Being the first selection of a so-called new “era” or “regime” for a football team may seem daunting. It speaks to how much a front office can believe in a player.
That point likely stands true for Los Angeles Rams Tight End Gerald Everett. Everett was the Rams first draft selection under the new era of Head Coach Sean McVay as the 44th overall selection in the 2017 NFL Draft.
Tight End is one of the toughest positions for college athletes to translate into the NFL. Why? I’m not really sure to be honest. But it’s historically been that way. Some TE’s take three, maybe even four years to develop. That bodes well for Everett as his rookie season only seen 16 receptions for 244 yards and two touchdowns.
But there’s more to it. Everett is your typical “move” TE. He’s not an old-school in-line TE who’ll block 50% of his snaps in the trenches and work from that position. He’s the new-age of TE who will flex outside of the numbers, be used in the slot, and occasionally in-line (traditional) or as an H-Back.
Let’s take a look at how the Rams used him last season:
Here is Gerald Everett's (#81) season in review. YAC God as I call him. Explosive/fast weapon, huge play threat. Consistently creates YAC. Rams liked using him as lone WR on 3x1 formations (need more). Can be a dangerous threat all over the field.— Sosa (@QBsMVP) June 5, 2018
Needs to develop as a blocker. pic.twitter.com/nRFJW5eIvT
Splitting Everett out-wide as the lone WR in a 3x1 formation is an amazing utilization of his skillset. Loved it on the goal line vs ARI.— Sosa (@QBsMVP) June 5, 2018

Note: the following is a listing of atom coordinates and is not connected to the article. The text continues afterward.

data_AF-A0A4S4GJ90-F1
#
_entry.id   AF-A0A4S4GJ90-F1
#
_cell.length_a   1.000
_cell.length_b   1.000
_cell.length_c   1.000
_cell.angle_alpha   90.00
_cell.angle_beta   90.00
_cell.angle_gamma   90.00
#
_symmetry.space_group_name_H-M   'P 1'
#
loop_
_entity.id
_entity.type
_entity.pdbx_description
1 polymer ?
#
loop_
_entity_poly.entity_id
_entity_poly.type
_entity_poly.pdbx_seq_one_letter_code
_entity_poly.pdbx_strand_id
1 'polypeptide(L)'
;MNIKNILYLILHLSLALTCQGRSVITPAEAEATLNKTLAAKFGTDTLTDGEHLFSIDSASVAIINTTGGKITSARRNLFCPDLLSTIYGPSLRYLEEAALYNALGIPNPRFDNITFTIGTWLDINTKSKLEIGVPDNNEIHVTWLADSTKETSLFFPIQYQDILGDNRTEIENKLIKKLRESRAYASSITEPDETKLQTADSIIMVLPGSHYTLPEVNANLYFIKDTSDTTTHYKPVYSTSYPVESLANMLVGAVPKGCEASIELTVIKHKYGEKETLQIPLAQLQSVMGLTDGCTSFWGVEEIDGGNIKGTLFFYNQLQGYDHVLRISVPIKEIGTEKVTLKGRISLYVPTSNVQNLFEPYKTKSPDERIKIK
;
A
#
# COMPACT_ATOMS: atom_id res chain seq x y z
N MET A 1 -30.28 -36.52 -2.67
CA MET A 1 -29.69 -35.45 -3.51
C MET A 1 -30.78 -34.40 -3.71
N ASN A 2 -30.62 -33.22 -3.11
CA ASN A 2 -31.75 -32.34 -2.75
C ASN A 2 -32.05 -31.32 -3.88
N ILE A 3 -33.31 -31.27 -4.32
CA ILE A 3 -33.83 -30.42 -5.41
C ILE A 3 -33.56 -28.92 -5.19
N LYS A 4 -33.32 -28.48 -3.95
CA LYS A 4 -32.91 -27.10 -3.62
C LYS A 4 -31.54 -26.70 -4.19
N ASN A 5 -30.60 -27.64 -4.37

As long as he develops as a blocker and cleans up some contested catch stuff, he can be another tremendous dimension to the offense.
As I noted, the Rams liked using Everett as the lone WR in a 3x1 formation. I think it’s an excellent use of his diverse skill set, too. Often times flexing him outside the numbers means a LB or S will follow him, and I’ll take the 4.6-forty yard dash Everett in space over most of the defenders.
Not only is Everett a valuable weapon in today’s NFL, his talents align with the Rams perfectly. His specialty is his ability to create yards after the catch (YAC). As tremendous of an athlete as he is, his ability to create extra yardage with the ball in his hands is top-notch already.
Everett isn’t perfect though. The Rams relied on fellow TE Tyler Higbee last year as opposed to Everett, which is okay because as I mentioned above, the position is hard to translate to. Higbee is by far a superior blocker which is likely why he played a lot of snaps. Everett poses a bigger threat as a receiver and mis-match in space.
Luckily for the Rams their diversity in skill-sets allows the Rams to have the best of both worlds.
You might ask why I’m so excited for a guy who only had 200 or so yards last season? Look no further than Jordan Reed who was often Everett’s comp coming out of college.
A very similar style of player, Reed was one of the league’s most dangerous TE’s under McVay’s offense in Washington. Not only that, but McVay was the Redskins’ TE Coach from 2011-2013, and OC from 2014-2016. He had his hands all over Reed’s game. All Reed managed to do was total 248 receptions, 2,602 yards, and 20 touchdowns in four seasons under McVay’s tutelage.
As Everett continues to develop as a pro TE and the Rams offense/confidence in him grows, look for his playing time and involvement in the offense to both head North.